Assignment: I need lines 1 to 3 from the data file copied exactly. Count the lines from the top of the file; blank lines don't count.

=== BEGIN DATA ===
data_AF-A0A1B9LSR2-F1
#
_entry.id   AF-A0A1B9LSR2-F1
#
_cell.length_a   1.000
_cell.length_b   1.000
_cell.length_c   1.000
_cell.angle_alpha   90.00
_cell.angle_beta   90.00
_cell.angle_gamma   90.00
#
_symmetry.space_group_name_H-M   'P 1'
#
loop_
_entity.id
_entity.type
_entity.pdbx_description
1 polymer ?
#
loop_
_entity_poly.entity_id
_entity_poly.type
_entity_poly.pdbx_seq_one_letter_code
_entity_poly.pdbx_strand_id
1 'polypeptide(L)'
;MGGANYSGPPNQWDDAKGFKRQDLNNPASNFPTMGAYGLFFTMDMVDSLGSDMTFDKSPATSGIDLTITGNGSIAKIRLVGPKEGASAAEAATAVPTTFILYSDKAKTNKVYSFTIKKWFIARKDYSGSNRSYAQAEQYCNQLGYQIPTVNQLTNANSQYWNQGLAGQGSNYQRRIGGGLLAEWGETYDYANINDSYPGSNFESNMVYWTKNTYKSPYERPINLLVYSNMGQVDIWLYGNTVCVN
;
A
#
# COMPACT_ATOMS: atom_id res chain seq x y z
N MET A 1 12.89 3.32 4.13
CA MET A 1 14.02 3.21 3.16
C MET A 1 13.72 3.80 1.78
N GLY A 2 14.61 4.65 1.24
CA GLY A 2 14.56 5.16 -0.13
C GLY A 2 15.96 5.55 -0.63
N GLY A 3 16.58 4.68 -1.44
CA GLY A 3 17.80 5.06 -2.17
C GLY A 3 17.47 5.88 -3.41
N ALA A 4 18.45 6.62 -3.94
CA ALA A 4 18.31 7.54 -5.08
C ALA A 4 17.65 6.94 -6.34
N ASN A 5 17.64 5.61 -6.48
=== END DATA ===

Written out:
data_AF-A0A1B9LSR2-F1
#
_entry.id   AF-A0A1B9LSR2-F1